The Committee lists some of the violations of the rights of non-Muslims:
· Atheists, deists, and agnostics encounter daily infringement on their right to freedom of thought and belief in the workplace, family, and the education system. Atheist, deist and agnostic parents and students do not have the right to exemption from the compulsory religious instruction in the Religious Culture and Ethics lessons.
· Those who express criticism of religion or belief in general, or of specific interpretations, especially those of Islam, face complaints and risk being prosecuted under the Turkish Penal Code.
· No religious or belief community in Turkey has a legal personality as such. Religious or belief groups and their representative institutions, such as Patriarchates or the Chief Rabbinate, lack legal entity status and as such, cannot access the court system, open bank accounts, buy property or officially employ their own religious officials and provide social security for them. Individuals belonging to religious, or belief groups organize themselves as associations or establish foundations with religious intent, though these are also subject to limitations.
· Important restrictions continue to hamper the associative capacity of the non-Muslim community foundations. The foundations’ board elections have been obstructed since 2013. As a result, the functioning of the community foundations and the beneficiary communities continue to be paralyzed and weak.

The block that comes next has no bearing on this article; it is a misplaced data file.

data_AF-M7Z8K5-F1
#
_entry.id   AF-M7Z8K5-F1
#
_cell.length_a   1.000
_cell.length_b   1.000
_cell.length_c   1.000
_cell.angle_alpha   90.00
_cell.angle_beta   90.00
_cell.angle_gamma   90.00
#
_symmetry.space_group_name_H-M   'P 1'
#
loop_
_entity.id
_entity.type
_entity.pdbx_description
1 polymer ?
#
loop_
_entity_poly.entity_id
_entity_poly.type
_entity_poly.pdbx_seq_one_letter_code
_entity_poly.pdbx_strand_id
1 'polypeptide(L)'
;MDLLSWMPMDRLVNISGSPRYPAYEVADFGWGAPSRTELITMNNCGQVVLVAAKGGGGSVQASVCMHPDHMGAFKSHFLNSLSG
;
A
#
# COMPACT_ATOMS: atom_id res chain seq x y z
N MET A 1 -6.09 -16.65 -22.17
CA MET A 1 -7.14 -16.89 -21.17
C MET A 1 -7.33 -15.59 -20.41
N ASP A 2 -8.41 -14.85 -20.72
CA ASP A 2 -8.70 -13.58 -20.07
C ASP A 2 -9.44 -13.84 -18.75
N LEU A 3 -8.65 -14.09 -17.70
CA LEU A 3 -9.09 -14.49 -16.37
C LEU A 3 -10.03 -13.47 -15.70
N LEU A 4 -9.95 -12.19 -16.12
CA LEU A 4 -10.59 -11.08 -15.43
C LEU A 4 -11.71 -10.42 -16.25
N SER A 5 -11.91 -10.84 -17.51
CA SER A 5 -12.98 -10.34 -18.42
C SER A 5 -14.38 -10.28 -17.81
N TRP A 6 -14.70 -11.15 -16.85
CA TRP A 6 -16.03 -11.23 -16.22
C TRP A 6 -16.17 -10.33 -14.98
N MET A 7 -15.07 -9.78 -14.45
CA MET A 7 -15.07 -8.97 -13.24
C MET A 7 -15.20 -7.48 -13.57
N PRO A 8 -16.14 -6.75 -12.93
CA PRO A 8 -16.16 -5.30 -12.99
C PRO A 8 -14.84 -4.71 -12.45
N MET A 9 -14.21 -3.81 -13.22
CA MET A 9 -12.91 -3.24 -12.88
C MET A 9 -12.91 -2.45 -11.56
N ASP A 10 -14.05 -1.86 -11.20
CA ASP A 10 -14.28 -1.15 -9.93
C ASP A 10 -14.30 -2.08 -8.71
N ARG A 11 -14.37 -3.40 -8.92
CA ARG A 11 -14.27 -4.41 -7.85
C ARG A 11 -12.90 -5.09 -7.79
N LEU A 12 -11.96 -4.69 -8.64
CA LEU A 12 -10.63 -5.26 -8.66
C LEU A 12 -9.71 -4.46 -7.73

· Acquiring place of worship status remains an ongoing challenge for several religious communities. This is particularly true for the Alevi, Jehovah’s Witnesses and Protestant communities. The kingdom halls of Jehovah’s Witnesses, the churches of the Protestant community and the cemevis of the Alevi community are in particularly precarious positions due to this lack of the official place of worship status. The public authorities have systematically denied place of worship status to these sites, in disregard of relevant ECtHR [European Court of Human Rights] judgments.
· Many religious buildings are on the verge of ruin and at risk of being lost even though they are officially registered as cultural heritage sites by the Cultural Heritage Preservation Regional Boards under the umbrella of the Ministry of Culture and Tourism.
· Furthermore, the impact of past loss of properties and associated foundations belonging to a wide range of religious or belief groups continues to be a scar in need of attention. For non-Muslim communities, the process of returning community foundation property that was unjustly taken has not been completed; the damage has yet to be fully remedied.
The report gives as examples the Hagia Sophia former Church and the Chora former Church in Constantinople that were converted into mosques in 2020.